Preparing for Post-Quarantine Ministry

As we prepare to reopen after quarantine, we will create a new way of being the church and doing ministry.

In 2009, I graduated from the McDonough School of Business at Georgetown University, with an Executive Master’s in Leadership degree. That first day on campus I remember milling around with my new cohort, getting to know each other. After disclosing my clergy credentials to a classmate, the expected question came without pause, “So, why is a preacher in business school?” To me, the answer was obvious. Though my focus was on the kingdom of God, I realized I still needed to do business well in order to achieve my ministry goals.

Obviously, it is important for church leaders to read trade periodicals like Outreach magazine in order to discover best practices and to evolve our strategic thinking. However, I contend there are other parallel industries where great data mining, research and creativity is happening right now to help prepare us for the new world that will emerge from this quarantine. And, because it is my firm belief that the kingdom of God is called to lead the world, those industries would do well to study the innovation of the church. Business and the business of church are in the midst of a once in a century shift. And, as is the case with all shifts in culture, those who lead it will have the greatest impact and will define one if not more generations to come.

I want to suggest three industries that churches would do well to study and follow in order to successfully navigate this season of disruption, fear and opportunity.


In the year 2000, Blockbuster Video passed on its chance to buy Netflix because it reasoned, people valued the in-store experience more than receiving, at that time, a DVD in the mail (streaming wasn’t a thing yet). That fateful decision sealed Blockbusters destiny—some Gen Z’ers are googling Blockbuster Video to figure out what that reference is all about. The church, by and large, has made the exact same decision. We told the world that if they wanted us, they had to come and see us. That was of course the exact right thing to do and say in one sense considering koinonia fellowship in its truest sense points to that dynamic which is created wherever two or three are gathered together in the name of Jesus. Just like the remainder of a half-truth is a lie, a half correct answer is still wrong. While the local church provides the relational environment essential for disciple making, the parachurch is able to provide the raw material and principles for equipping the saints.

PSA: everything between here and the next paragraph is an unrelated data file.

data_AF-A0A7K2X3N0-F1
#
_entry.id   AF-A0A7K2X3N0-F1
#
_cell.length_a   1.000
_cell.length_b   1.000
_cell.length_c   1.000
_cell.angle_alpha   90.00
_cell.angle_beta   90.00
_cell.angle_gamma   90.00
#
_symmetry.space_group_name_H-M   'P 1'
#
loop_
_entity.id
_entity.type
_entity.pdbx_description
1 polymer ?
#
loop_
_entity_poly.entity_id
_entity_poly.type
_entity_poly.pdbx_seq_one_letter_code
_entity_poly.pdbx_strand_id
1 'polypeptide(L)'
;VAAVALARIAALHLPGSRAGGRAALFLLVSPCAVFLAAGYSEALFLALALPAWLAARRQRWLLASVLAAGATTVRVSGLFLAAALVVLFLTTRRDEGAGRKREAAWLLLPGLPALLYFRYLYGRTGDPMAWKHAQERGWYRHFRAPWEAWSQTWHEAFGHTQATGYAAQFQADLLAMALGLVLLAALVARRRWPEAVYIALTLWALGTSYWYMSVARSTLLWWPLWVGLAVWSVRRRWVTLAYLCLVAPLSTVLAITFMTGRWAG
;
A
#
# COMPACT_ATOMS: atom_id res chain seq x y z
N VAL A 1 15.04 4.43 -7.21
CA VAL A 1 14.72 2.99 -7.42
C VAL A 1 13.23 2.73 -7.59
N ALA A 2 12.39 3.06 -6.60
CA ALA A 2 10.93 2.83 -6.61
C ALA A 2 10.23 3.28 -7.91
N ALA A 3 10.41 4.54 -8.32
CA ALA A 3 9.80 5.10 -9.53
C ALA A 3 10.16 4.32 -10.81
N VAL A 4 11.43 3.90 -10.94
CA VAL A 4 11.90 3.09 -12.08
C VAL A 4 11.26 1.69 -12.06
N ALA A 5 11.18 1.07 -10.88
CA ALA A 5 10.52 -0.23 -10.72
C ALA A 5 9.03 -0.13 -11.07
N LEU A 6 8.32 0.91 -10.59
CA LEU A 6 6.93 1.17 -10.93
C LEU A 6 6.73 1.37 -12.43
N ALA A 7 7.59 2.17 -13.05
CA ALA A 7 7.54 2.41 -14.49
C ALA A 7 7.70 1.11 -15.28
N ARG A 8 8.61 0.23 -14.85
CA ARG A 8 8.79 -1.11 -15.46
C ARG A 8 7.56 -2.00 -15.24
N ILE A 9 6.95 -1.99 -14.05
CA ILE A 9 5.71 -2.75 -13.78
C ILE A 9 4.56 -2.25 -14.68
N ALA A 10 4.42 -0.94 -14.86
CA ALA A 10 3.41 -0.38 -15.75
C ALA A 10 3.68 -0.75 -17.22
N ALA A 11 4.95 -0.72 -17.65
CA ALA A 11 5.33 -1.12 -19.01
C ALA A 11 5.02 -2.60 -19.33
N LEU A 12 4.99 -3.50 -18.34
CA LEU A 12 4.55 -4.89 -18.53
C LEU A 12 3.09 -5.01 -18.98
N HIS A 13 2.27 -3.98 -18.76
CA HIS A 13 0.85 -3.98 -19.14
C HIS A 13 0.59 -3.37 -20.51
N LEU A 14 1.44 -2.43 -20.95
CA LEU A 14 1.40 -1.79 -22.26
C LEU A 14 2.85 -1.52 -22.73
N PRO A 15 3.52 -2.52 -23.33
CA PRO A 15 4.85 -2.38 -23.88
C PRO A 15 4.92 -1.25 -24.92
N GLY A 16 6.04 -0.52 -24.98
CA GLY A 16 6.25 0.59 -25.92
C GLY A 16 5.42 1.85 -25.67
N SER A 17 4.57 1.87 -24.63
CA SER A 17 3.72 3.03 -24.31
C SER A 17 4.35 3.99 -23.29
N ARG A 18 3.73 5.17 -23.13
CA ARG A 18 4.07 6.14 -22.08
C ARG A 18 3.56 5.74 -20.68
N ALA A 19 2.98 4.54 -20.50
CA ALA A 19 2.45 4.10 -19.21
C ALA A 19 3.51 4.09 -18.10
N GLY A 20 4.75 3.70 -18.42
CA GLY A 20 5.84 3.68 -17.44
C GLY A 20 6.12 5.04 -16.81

I grew up getting dressed for church while watching the Reverend Frederick K.C. Price on television. Price’s ministry was a great example of the black parachurch model. His ministry was not based on me physically attending his local church; he had a teaching style that did not depend on the powerful, in person, call-and-response experience that I was preparing to attend; and it was delivered through a multimedia platform with which I was very comfortable. This means then that I, like millions of others, grew up recognizing the validity of the “in-store” and streaming versions of church.

As we move to reestablish and redefine the “in-store” experience of church post-quarantine, we must commit to continuing and enhancing the streaming ministry that we have been forced to adopt over recent weeks. What changes need to be made to our online experience that differ from our ‘’in-store” product?

Well, since we’ve been in lockdown we’ve realized that the stimulant and participatory model of video broadcast is ill-fitting. Exhortations to lift hands and shout loud that work well in congregations fall flat in family rooms. More conversational styles, viewer models, shorter in length broadcasts and stand-alone video packages seem to be the order of the day. Savings in utility costs and catering should be redirected to video editors and app developers to cultivate the people now watching you online.


Hospitals are interesting places. They are where the hundreds of medical techniques, fields of study, equipment and practitioners converge to make a difference. A few months ago, my wife called me, explaining that she was having difficulty breathing and had called for the paramedics. I rushed from the preaching engagement I had just finished to meet her in the ER. With my slight bending of the speed limit, I arrived in record time … before she had been fully admitted. Once assigned a bed, I was amazed at the breadth of services being provided in the same place. X-Rays, lab tests, every kind of medicine known to man, all at a moment’s notice. They figured out her issue, thank God she’s feeling better than ever, and I left not only relieved, but also with a new lens through which to view doing ministry.